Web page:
The Wal-Mart heirs, who make up the world’s richest family by far, are expected to collectively dodge as much as $180.6 million in federal income taxes, thanks to aggressive pursuit of tax benefits set to expire Dec. 31, 2012.
In a move that received little attention due to the Black Friday Strike coverage, the Wal-Mart board announced Nov. 19 that it will rush payment of its quarterly dividend, giving shareholders their bonuses on Dec. 27, instead of Jan. 2 as previously scheduled, reports the New York Times.
The date change means the Walton family (who together own 48% of Wal-Mart) and other shareholders will claim those earnings at the current dividends tax rate of 15%.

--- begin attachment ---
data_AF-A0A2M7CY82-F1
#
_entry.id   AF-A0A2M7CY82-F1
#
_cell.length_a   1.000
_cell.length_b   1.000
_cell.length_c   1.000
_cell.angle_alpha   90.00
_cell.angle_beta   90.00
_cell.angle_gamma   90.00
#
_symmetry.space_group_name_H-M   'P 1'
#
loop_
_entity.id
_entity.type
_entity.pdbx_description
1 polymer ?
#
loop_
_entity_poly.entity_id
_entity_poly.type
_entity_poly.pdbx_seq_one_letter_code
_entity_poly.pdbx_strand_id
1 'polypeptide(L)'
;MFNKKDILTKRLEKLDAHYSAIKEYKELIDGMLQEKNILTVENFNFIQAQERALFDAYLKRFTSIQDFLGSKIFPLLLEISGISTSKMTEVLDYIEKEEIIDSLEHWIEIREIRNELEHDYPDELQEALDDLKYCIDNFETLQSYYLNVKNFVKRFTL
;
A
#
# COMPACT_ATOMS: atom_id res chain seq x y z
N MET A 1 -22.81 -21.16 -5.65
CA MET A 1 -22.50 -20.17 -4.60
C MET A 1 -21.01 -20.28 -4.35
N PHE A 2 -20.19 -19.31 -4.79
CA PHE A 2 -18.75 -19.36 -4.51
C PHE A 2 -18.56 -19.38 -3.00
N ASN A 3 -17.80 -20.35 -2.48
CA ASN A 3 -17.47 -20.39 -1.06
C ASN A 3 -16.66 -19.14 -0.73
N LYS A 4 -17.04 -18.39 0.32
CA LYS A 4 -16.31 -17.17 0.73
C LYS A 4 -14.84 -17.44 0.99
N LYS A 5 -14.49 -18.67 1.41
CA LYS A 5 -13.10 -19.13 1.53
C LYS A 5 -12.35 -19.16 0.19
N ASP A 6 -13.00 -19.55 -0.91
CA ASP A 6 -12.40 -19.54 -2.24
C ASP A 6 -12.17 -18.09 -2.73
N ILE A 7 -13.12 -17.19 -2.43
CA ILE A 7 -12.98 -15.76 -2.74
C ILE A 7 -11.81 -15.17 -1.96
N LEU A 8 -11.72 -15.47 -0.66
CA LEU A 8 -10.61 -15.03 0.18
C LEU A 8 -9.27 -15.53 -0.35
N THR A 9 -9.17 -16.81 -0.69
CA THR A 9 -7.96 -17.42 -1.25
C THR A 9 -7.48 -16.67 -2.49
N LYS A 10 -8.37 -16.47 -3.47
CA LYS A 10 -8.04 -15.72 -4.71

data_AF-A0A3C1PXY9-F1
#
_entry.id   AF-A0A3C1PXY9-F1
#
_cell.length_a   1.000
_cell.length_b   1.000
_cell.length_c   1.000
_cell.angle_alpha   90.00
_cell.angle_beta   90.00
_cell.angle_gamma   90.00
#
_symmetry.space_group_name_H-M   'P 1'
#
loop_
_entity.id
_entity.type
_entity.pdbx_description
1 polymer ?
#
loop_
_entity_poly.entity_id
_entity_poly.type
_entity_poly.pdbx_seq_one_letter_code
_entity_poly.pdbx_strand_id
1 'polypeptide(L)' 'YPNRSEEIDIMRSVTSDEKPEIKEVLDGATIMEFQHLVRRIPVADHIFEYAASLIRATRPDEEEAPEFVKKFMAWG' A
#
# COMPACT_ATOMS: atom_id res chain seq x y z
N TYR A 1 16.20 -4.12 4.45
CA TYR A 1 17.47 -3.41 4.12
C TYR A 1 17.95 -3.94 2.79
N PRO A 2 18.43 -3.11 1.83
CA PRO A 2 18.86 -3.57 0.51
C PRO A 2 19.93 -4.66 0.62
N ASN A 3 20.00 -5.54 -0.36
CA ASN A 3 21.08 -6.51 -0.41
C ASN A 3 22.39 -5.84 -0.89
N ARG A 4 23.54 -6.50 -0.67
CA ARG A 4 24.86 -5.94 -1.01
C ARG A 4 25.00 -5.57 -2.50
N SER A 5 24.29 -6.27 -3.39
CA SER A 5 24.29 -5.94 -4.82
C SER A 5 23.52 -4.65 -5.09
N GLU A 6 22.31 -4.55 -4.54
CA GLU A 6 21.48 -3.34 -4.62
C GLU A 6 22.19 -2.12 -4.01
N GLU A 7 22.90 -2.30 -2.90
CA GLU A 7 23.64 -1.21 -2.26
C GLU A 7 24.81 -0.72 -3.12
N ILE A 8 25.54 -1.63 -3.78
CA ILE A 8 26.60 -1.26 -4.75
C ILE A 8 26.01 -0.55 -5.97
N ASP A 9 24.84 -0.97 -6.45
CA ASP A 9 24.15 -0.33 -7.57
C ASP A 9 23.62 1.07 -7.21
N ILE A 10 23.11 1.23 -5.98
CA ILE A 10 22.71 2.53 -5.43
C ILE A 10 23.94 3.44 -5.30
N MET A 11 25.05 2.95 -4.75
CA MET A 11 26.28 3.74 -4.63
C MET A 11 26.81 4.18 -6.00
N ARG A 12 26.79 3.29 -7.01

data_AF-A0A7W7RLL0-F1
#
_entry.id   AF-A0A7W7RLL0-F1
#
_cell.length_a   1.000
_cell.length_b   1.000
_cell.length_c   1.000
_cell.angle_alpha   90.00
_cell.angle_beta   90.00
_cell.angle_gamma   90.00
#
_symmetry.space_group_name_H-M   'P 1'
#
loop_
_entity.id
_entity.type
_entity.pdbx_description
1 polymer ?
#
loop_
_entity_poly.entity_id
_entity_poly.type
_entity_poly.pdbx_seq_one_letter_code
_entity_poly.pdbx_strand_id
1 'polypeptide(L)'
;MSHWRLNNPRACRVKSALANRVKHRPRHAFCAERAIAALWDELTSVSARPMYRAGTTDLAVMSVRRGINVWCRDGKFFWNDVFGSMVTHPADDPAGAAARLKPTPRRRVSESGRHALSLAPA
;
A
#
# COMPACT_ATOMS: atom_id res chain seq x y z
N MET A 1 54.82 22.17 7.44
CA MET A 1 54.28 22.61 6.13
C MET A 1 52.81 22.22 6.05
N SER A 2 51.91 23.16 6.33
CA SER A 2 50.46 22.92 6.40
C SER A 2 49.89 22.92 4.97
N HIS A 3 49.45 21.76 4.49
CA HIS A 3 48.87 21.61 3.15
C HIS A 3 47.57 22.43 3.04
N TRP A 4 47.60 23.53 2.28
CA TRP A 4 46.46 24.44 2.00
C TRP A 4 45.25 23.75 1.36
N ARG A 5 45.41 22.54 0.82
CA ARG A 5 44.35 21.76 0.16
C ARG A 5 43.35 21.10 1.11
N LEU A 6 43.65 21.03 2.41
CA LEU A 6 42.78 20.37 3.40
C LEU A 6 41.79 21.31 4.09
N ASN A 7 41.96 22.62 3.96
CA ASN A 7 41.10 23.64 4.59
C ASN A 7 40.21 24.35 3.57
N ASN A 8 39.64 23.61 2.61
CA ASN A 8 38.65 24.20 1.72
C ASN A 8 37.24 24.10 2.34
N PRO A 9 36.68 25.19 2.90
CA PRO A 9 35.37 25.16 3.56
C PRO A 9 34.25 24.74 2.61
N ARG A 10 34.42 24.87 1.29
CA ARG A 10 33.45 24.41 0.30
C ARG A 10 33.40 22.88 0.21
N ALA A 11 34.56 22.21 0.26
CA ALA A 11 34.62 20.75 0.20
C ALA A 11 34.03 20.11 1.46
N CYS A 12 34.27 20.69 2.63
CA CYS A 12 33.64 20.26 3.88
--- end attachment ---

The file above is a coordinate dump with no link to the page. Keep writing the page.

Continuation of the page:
The Walton family’s 2012 take of the pie is estimated at a combined $636 million. After taxes, the Walton family should net $540.6 million from the Dec. 27 payment, saving the family $180.6 million over paying the taxes next year as scheduled (based on figures tax attorney Kenneth K. Bezozo supplied to the New York Times).
If Obama gets his way and the Bush Tax Cuts for the rich expire by Dec. 31, the income/dividends tax rate for wealthy individuals will reset to the pre-Bush-era level of 39.6%. In addition, the health reform bill is partially supported by an additional 3.8% tax on investment income, nudging the total potential tax rate for the wealthy to 43.4%, which is 28.4% higher than the current dividends rate.
keyboard shortcuts: V vote up article J next comment K previous comment